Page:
Zora then returned to New York to receive a Rosewald Fellowship to become a graduate student in Anthropology at Columbia. She also came across a new love, graduate student Precival Punter, in 1935. Punter wanted her hand in marriage but she declined. She wanted to write and travel. She left him and ventured off to Jamaica in April 1936. She was the first female to go hunting for wild boar with the Maroons. Maroons are descendents of slaves who’d escaped to the mountains of Jamaica.

A few days later she traveled to Haiti to learn voodoo where she wrote one of my favorite books and movie; powerful love story, “Their Eyes were Watching God”, a subliminal story about herself and Punter. After finishing “Their Eyes were Watching God” in seven weeks she dug deeper into voodoo and became ill for two weeks and was on bed rest. A year later she returned to America.

In1941 she began working at Paramount Pictures in California making one hundred dollars a week. As you can see she did not like being consistent so she soon moved back to Florida, Daytona to be exact. She bought herself a boat house “Wanabo”. She then wrote her Autobiography “Dust Tracks on the Road” and took a risk to write a book about white people called “Seraph on the Swanee”. When she returned back to New York she was charged with child molestation, and grew very depressed. Her landlady accused her of molesting her son and two other neighborhood boys. The media destroyed her image and self-esteem she considered committing suicide. Later, the boys admitted to lying and her case was dropped. She moved to Miami and began teaching.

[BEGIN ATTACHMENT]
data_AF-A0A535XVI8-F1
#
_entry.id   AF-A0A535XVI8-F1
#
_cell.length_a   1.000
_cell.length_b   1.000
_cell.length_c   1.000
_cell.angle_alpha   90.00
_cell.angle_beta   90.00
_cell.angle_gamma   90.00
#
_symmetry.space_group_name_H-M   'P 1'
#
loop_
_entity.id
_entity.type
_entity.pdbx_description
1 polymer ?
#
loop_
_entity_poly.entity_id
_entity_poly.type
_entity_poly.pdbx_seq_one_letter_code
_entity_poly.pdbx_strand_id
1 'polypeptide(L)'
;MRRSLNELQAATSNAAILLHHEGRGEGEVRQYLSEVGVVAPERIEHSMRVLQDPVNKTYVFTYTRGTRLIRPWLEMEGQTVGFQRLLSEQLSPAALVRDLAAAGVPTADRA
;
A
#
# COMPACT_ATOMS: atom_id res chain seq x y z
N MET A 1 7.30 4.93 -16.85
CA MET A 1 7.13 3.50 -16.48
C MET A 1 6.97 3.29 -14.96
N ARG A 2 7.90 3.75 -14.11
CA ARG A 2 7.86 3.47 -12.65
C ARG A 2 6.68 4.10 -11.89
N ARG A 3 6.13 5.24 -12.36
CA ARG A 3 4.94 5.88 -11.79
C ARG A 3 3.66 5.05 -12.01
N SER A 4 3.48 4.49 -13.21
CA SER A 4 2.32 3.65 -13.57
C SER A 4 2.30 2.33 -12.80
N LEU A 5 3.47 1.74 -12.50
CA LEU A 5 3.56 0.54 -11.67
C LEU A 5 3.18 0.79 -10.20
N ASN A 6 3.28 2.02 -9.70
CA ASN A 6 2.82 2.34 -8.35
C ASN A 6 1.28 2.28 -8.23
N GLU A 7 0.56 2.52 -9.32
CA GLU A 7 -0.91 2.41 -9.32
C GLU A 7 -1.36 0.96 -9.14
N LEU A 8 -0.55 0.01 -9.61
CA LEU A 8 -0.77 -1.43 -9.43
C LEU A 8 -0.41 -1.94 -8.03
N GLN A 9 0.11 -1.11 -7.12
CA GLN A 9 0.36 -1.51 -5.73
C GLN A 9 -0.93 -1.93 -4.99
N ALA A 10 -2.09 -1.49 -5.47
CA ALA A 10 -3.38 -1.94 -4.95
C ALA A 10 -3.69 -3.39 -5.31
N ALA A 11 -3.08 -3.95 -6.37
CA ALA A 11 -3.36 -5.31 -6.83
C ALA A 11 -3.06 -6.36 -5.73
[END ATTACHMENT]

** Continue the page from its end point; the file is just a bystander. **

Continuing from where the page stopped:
At age sixty-eight she wrote “A Life of Herod the Great”. Once Zora’s health began to fail from heart disease and high blood pressure she resigned as a teacher. One of her students Hassie, often visited her. Hassie would come by to cook and clean for Zora and Zora would share some of her life experiences and give Hassie all her unpublished work along with three autographed books. She never stopped writing instead she became pen pals with her first husband. January 28th, 1960 Zora had a stroke and was rushed to Fort Pierce Memorial Hospital where she was pronounced dead. Zora Neale Hurston was a legend. She was a compromised artist. She valued the arts of mankind. She was a leader, a voice, and a free spirited person but most importantly she was a trailblazer. She is my hero!


Written By- Alexis Small